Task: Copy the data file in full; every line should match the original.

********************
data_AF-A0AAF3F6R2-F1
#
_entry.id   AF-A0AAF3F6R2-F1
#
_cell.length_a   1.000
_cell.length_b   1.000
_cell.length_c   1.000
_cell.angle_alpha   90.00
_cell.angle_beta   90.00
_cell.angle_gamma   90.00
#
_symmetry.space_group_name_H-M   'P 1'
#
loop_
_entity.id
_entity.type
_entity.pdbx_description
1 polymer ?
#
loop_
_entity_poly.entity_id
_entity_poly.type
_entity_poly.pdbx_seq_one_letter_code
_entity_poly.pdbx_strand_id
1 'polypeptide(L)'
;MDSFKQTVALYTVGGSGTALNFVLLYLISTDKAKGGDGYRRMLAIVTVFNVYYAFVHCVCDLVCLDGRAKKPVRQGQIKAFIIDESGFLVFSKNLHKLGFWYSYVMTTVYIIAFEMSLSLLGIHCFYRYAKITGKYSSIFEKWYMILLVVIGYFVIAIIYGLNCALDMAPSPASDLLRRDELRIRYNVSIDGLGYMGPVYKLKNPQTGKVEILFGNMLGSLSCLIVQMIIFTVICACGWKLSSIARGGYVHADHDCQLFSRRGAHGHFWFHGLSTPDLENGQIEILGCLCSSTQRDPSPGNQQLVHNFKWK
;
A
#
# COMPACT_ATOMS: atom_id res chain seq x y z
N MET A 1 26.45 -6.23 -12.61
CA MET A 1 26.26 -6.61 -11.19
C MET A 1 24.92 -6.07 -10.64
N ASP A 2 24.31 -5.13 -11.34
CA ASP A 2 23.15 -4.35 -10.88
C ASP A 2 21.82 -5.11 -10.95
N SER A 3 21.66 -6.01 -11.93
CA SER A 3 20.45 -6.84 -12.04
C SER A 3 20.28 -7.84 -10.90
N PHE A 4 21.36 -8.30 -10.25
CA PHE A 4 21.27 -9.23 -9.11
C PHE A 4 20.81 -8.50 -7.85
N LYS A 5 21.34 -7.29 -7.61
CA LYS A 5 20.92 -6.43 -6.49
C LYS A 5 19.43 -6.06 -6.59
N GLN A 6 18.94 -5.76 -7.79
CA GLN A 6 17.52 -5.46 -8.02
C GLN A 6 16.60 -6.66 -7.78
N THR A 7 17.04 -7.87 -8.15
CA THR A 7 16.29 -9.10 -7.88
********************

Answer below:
data_AF-A0AAF3F6R2-F1
#
_entry.id   AF-A0AAF3F6R2-F1
#
_cell.length_a   1.000
_cell.length_b   1.000
_cell.length_c   1.000
_cell.angle_alpha   90.00
_cell.angle_beta   90.00
_cell.angle_gamma   90.00
#
_symmetry.space_group_name_H-M   'P 1'
#
loop_
_entity.id
_entity.type
_entity.pdbx_description
1 polymer ?
#
loop_
_entity_poly.entity_id
_entity_poly.type
_entity_poly.pdbx_seq_one_letter_code
_entity_poly.pdbx_strand_id
1 'polypeptide(L)'
;MDSFKQTVALYTVGGSGTALNFVLLYLISTDKAKGGDGYRRMLAIVTVFNVYYAFVHCVCDLVCLDGRAKKPVRQGQIKAFIIDESGFLVFSKNLHKLGFWYSYVMTTVYIIAFEMSLSLLGIHCFYRYAKITGKYSSIFEKWYMILLVVIGYFVIAIIYGLNCALDMAPSPASDLLRRDELRIRYNVSIDGLGYMGPVYKLKNPQTGKVEILFGNMLGSLSCLIVQMIIFTVICACGWKLSSIARGGYVHADHDCQLFSRRGAHGHFWFHGLSTPDLENGQIEILGCLCSSTQRDPSPGNQQLVHNFKWK
;
A
#
# COMPACT_ATOMS: atom_id res chain seq x y z
N MET A 1 26.45 -6.23 -12.61
CA MET A 1 26.26 -6.61 -11.19
C MET A 1 24.92 -6.07 -10.64
N ASP A 2 24.31 -5.13 -11.34
CA ASP A 2 23.15 -4.35 -10.88
C ASP A 2 21.82 -5.11 -10.95
N SER A 3 21.66 -6.01 -11.93
CA SER A 3 20.45 -6.84 -12.04
C SER A 3 20.28 -7.84 -10.90
N PHE A 4 21.36 -8.30 -10.25
CA PHE A 4 21.27 -9.23 -9.11
C PHE A 4 20.81 -8.50 -7.85
N LYS A 5 21.34 -7.29 -7.61
CA LYS A 5 20.92 -6.43 -6.49
C LYS A 5 19.43 -6.06 -6.59
N GLN A 6 18.94 -5.76 -7.79
CA GLN A 6 17.52 -5.46 -8.02
C GLN A 6 16.60 -6.66 -7.78
N THR A 7 17.04 -7.87 -8.15
CA THR A 7 16.29 -9.10 -7.88